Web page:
Works Cited

“Computer Support Specialists : Occupational Outlook Handbook.” U.S. Bureau of Labor Statistics, 20 Oct. 2021, www.bls.gov/ooh/computer-and-information- technology/computer-support-specialists.htm.

Hanford, Emily. “The Troubled History of Vocational Education.” APM Reports. 21 Aug. 2021, www.apmreports.org/episode/2014/09/09/the-troubled-history-of-vocational-education. Accessed 10 Nov. 2021.

Kim, Changhwan, and Christopher R. Tamborini. “Are They Still Worth It? The Long-Run Earnings Benefits of an Associate Degree, Vocational Diploma or Certificate, and Some College.” RSF: The Russell Sage Foundation Journal of the Social Sciences, vol. 5, no. 3, Russell Sage Foundation, 2019, pp. 64–85, doi.org/10.7758/rsf.2019.5.3.04.

Oakes, Jeannie. Keeping Track: How Schools Structure Inequality. Yale University Press, 2005. “Occupational Therapy Assistants and Aides : Occupational Outlook Handbook.” U.S. Bureau of Labor Statistics, 8 Sept. 2021, www.bls.gov/ooh/healthcare/occupational-therapy-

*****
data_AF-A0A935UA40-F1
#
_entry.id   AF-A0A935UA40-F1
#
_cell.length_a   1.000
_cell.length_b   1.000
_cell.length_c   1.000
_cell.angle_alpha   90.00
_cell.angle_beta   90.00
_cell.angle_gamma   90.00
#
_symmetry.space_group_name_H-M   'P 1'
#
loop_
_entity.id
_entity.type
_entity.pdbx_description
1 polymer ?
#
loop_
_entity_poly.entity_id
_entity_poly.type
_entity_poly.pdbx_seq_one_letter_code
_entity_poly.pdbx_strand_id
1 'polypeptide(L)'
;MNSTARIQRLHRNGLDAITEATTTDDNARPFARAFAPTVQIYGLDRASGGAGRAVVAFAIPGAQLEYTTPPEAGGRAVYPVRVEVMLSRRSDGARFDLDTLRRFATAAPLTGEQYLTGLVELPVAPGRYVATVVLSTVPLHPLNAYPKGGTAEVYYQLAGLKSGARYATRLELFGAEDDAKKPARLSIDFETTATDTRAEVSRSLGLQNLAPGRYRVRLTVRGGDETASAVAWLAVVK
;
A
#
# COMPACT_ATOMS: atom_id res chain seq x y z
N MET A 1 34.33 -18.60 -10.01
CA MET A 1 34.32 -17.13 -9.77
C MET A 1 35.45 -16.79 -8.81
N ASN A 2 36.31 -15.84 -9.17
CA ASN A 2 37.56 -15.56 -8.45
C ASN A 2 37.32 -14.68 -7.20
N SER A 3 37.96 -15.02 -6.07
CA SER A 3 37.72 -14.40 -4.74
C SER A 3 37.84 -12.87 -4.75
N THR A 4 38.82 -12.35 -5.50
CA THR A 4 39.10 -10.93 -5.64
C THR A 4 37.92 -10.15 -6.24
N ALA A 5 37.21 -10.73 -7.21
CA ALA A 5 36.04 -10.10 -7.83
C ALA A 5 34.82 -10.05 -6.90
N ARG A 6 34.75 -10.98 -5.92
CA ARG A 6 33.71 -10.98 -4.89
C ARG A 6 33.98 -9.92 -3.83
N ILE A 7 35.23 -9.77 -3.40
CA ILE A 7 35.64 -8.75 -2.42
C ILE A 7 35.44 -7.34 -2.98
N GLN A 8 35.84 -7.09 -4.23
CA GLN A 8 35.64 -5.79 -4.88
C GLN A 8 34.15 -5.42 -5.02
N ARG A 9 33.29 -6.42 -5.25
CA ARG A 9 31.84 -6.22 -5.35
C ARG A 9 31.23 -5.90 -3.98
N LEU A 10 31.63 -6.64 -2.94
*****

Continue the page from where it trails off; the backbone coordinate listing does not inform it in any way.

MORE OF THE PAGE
assistants-and-aides.htm#tab-1.

Rugaber, Christopher S. “Pay Gap between College Grads and Everyone Else at a Record.” USA Today, Gannett Satellite Information Network, 12 Jan. 2017, www.usatoday.com/story/money/2017/01/12/pay-gap-between-college-grads-and- everyone-else-record/96493348/.

TN Promise Annual Report, 2021, www.tn.gov/thec/research/tn-promise-annual-report.html. “Tracking.” Education Week, 1 Sept. 2004, www.edweek.org/leadership/tracking/2004/09.

Accessed Nov. 11, 2021.

I’ll Save You or I’ll Die Trying

Awarded to Moses Jefferies IV for work submitted in Fall 2021 to Amy Fant in ENGL 1020: Research and Argumentative Writing